Observation about how nervous system learns and encodes motion could improve stroke recovery

Jan 07, 2010
Subjects were instructed to grasp the handle of a robotic arm and make arm-reaching movements in the 90° and 270° directions. The position of the subject's hand was displayed by a cursor on the screen. Subjects were asked to move the cursor into targets that appeared within 450-550 ms. Credit: Courtesy of the lab of Maurice Smith, Harvard School of Engineering and Applied Sciences

Bioengineers have taken a small step toward improving physical recovery in stroke patients by showing that a key feature of how limb motion is encoded in the nervous system plays a crucial role in how new motor skills are learned.

Published in the November 25, 2009 issue of Neuron, a Harvard-based study about the neural learning elements responsible for motor learning may help scientists design rehabilitation protocols in which motor adaptation occurs more readily, potentially allowing for a more rapid recovery.

Neuroscientists have long understood that the brain's primary motor cortex and the body's low-level peripheral stretch sensors encode information about the position and velocity of limb motion in a positively-correlated manner rather than as independent variables.

"While this correlation between the brain's encoding of the position and the velocity of motion is well-known, its potential importance and practical use has been unclear until now," says coauthor Maurice A. Smith, Assistant Professor of Bioengineering at the Harvard School of Engineering and Applied Sciences (SEAS) and the Center for Brain Science in the Faculty of Arts and Sciences.

Smith and colleagues showed that the correlated neural tuning to position and velocity is also present in the neural learning elements responsible for motor learning. Moreover, this correlated drive can explain key features of the motor adaptation process.

To study and record motor adaptation, the researchers had subjects grasp a . The device was programmed to simulate novel physical dynamics as subjects made reaching motions. In addition, the team used a newly developed measurement technique called an "error-clamp" to tease apart the resulting data.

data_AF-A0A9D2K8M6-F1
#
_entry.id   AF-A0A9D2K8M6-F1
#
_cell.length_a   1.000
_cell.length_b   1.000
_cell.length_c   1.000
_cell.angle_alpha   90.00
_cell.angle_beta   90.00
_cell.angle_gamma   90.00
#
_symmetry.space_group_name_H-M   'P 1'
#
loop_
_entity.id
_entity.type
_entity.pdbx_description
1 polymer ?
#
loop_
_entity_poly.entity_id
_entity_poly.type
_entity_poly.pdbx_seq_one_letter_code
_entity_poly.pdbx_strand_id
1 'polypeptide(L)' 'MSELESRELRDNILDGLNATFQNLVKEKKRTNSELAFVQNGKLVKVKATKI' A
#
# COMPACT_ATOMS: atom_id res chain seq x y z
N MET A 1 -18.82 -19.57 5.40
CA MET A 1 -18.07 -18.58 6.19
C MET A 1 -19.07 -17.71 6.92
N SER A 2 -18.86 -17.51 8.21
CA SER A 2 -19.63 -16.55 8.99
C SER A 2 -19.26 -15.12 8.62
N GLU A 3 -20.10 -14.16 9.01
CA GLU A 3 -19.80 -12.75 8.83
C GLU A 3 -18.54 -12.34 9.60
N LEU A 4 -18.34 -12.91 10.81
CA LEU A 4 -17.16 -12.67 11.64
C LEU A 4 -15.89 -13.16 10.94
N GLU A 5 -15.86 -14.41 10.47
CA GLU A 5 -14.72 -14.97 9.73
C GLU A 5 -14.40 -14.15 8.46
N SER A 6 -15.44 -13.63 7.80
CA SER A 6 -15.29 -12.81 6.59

The method measures motor output during learning, allowing learning-related changes in motor output over the course of a movement to be dissociated from feedback adjustments that correct motor errors that happen simultaneously.

"Conceptually, this error-clamp is analogous to a voltage-clamp, commonly used in electrophysiology to measure how ions move through a neuron's membrane when it fires," explains lead author Gary C. Sing, a graduate student at SEAS. "The general idea is that devising an experimental method to clamp and control the key variable in an experiment can allow for greater insight into the underlying physiology."

Analysis of the data extracted by the error-clamp technique led to the creation of a computational model that identifies a set of vectors that characterize the principal components of motor adaptation in the state space of physical motion. While such analysis is commonplace in systems engineering—for example, in evaluating how a bridge might react to high winds or earthquakes—the method has only been recently applied to how motor output evolves.

"We observed that the initial stages of motor learning are often quick but non-specific, whereas later stages of learning are slower and more precise," says Sing. "Further, we saw that some physical patterns of movement are learned more quickly than others."

By understanding what types of motor adaptations are easier to learn, the researchers hope to design rehabilitation activities that will encourage patients to use an affected limb more.

"In stroke rehabilitation, patients who make a greater effort to use their impaired limbs can achieve better outcomes," says Smith. "However, there is often a vicious cycle, as a patient is far less likely to use an impaired limb if his or her other limb is fine. This pattern slows recovery and leads to greater impairment of the affected limb."

Smith and his colleagues are beginning studies with patients to determine whether training them with such optimized patterns will, in fact, improve their rate of motor learning and speed up recovery.

More broadly, untangling the algorithms the brain uses for could help improve a wide range of neural and muscular rehabilitation programs. The researchers also anticipate that such findings could be one day be adapted for enhancing the brain/machine interfaces increasingly used for those with amputated limbs.

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